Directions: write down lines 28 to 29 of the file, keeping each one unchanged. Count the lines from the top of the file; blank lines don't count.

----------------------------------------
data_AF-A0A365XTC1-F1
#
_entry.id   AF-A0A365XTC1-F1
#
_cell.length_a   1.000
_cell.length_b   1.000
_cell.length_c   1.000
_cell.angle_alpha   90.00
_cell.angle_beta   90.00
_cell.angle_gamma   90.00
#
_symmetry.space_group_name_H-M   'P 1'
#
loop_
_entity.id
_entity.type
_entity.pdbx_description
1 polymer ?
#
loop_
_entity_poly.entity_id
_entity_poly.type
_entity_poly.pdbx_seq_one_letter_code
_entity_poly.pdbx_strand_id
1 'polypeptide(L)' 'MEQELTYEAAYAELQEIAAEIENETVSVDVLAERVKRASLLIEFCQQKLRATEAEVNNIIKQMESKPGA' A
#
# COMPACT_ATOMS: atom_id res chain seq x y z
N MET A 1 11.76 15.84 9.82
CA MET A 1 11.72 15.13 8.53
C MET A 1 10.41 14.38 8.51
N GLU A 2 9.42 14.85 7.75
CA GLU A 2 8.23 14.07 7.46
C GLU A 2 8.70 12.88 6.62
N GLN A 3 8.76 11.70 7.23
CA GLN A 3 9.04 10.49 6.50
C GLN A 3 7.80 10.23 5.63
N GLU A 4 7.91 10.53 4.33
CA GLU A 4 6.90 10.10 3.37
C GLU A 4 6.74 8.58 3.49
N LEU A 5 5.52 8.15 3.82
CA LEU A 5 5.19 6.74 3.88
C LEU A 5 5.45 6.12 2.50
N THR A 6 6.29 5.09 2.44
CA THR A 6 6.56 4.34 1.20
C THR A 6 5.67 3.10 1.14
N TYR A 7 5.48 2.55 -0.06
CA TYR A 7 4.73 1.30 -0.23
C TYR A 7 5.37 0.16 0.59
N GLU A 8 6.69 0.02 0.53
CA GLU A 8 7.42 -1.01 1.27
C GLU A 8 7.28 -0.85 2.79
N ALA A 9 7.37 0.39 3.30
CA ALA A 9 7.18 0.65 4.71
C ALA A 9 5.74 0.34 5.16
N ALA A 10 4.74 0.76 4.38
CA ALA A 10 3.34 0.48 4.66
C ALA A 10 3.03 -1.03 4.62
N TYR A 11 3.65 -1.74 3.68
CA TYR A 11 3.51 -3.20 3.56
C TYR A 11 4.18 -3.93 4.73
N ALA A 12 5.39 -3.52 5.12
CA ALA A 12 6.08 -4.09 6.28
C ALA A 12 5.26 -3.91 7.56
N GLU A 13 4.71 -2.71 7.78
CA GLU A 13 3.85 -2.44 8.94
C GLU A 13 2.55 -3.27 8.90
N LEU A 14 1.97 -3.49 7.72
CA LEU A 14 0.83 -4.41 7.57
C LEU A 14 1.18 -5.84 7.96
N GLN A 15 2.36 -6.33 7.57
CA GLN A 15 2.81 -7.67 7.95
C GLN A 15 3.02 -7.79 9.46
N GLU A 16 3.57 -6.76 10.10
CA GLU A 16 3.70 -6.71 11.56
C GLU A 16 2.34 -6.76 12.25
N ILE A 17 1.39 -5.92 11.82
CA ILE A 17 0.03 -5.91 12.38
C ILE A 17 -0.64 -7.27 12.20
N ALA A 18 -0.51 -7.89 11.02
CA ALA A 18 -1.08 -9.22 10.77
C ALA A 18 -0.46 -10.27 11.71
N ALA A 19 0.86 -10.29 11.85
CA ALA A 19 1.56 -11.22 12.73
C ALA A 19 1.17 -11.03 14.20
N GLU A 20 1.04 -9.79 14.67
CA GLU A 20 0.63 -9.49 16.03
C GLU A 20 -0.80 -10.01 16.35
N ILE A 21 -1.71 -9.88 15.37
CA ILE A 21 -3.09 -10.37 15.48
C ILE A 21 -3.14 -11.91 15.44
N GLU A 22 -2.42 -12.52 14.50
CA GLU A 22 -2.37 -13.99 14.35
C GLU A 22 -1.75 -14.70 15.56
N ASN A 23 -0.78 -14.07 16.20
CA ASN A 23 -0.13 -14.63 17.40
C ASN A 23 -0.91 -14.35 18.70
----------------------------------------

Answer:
N MET A 1 11.76 15.84 9.82
CA MET A 1 11.72 15.13 8.53